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Styes and Chalazion

What are styes and chalazia?

A stye (hordeolum) is an infection of an oil gland in the eyelid. A stye causes a swollen, red, and painful bump on the eyelid margin. A chalazion is a sterile, non-infectious, slowly developing a bump that forms from blockage and swelling of an oil gland in the eyelid. A chalazion often starts out from a small internal stye that can be red, tender or become swollen. It may change over the next several days to a small painless slow-growing pea-sized bump. Risk factors for developing a stye or chalazion include chronic blepharitis, acne rosacea, and viral infections.

How are styes and chalazia treated?

Styes are usually treated with observation and warm compresses, although treatment with topical or oral antibiotics is sometimes necessary. If the area begins to swell or the adjacent area becomes swollen, contact your eye care provider immediately.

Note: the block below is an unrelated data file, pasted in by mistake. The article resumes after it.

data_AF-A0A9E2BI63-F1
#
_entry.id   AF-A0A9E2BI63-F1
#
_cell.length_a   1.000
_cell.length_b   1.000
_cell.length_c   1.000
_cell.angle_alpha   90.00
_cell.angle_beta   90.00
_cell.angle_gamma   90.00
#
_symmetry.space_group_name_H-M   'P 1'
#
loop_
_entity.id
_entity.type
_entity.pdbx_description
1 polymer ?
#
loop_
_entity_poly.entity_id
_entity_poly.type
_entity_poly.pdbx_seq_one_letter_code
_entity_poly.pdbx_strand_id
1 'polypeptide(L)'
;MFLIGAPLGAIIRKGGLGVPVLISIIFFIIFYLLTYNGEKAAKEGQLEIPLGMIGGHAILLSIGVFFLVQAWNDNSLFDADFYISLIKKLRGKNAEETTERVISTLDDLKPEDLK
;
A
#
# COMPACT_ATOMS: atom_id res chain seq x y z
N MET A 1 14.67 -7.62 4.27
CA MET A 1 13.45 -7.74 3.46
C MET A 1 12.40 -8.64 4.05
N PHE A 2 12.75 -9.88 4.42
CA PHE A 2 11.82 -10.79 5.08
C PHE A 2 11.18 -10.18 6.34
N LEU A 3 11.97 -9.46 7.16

Most chalazia require minimal medical treatment and resolve on their own within weeks to months. The best treatment for a chalazion is warm compresses. This can be done by taking a clean small sock and filling it with rice. Tie a knot in the sock to form a small sack that can easily conform to the eye. Put the sock in a microwave to heat it for around 30 seconds or so. Place the sock in the inner side of the wrist to test the heat. If the sock is too hot to bear on your wrist, it is too hot to be placed on the eye. Once you have reached the adequate heat, place it on the affected area for 5-10 minutes. After you remove the warm compress, massage the area lightly to help break up its contents.

Warm compresses will help to promote drainage and reabsorption of the chalazion. This breaks the hardened oil that is blocking the duct and allows it to drain and heal. It is normal for the chalazion to raise to the surface and express itself. The irritated area will then crust over and heal quickly.

In some cases, your doctor may decide to inject a steroid directly into the chalazion. This is mostly reserved for chalazia that are new (< 6 weeks), superficial, and relatively small in size. Surgical removal is considered for persistent lesions that do not resolve after one or two months of warm compresses treatment. Never attempt to squeeze or “pop” the chalazion yourself as this may cause more damage.